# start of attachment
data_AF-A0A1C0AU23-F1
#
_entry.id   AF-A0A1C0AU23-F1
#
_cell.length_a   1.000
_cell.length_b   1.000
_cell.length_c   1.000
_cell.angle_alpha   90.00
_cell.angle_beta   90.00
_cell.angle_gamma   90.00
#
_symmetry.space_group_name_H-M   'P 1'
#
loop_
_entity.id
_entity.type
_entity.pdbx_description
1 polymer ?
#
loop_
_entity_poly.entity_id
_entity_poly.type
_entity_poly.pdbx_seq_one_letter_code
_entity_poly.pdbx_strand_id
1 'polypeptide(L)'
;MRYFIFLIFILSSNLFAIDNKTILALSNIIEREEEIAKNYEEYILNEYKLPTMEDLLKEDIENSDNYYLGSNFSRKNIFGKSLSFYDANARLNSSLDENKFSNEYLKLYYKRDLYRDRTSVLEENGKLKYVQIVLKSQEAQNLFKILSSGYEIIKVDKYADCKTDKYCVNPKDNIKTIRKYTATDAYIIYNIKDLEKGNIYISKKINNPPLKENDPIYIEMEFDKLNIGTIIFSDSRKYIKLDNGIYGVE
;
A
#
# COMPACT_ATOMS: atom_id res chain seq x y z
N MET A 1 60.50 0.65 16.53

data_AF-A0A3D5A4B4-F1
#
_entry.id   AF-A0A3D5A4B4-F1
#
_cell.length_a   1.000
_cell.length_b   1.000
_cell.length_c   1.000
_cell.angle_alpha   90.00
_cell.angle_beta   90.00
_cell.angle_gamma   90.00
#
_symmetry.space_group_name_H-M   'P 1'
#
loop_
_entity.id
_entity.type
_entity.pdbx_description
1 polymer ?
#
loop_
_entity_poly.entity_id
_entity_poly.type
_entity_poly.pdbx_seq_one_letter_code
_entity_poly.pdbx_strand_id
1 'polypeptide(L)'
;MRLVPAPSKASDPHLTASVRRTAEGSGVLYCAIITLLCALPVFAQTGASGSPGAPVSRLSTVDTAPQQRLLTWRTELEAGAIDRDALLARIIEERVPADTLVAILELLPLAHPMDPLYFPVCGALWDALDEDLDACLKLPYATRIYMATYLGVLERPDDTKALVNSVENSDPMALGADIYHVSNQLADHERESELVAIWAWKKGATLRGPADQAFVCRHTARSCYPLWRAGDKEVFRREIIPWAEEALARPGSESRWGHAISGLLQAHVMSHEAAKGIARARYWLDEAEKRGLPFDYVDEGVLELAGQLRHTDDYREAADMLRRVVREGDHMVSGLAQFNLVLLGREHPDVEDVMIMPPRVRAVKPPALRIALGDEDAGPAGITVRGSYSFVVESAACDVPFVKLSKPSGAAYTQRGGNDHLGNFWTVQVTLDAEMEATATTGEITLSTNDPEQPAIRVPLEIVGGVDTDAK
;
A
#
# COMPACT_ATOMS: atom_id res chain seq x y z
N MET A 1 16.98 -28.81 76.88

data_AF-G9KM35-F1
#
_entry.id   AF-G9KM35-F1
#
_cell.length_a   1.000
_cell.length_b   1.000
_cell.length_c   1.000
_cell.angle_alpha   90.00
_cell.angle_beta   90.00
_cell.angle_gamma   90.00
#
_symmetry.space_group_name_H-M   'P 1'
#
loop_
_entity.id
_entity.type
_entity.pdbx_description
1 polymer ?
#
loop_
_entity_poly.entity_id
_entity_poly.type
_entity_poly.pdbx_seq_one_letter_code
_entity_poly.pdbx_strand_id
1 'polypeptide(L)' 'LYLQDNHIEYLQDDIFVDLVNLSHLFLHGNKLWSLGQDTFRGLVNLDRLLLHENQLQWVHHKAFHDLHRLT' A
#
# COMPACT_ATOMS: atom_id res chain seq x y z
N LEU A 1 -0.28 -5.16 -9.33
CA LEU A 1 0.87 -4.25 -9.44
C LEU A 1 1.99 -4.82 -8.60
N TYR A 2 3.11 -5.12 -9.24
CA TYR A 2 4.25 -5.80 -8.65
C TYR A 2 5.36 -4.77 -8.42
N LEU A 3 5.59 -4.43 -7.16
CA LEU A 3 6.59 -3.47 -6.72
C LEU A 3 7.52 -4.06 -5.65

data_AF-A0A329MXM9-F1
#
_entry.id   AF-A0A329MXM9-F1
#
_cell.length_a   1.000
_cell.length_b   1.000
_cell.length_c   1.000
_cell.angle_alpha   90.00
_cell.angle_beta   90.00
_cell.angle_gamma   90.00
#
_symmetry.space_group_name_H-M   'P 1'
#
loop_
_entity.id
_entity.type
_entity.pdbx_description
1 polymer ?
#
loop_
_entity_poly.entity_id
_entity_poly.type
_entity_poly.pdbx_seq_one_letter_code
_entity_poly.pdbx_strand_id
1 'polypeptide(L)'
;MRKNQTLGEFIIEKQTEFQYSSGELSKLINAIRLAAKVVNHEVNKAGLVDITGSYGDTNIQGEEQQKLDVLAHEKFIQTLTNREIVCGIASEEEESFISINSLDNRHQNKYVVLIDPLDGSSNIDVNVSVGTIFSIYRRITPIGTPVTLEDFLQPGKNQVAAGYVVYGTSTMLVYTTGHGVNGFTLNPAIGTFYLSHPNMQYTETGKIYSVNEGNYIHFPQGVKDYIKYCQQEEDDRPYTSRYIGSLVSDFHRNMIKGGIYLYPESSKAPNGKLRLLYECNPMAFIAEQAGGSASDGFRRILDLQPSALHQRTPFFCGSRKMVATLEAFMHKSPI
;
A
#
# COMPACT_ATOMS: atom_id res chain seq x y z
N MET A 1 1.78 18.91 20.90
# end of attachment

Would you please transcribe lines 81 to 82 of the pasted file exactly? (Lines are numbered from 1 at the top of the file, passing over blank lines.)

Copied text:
#
loop_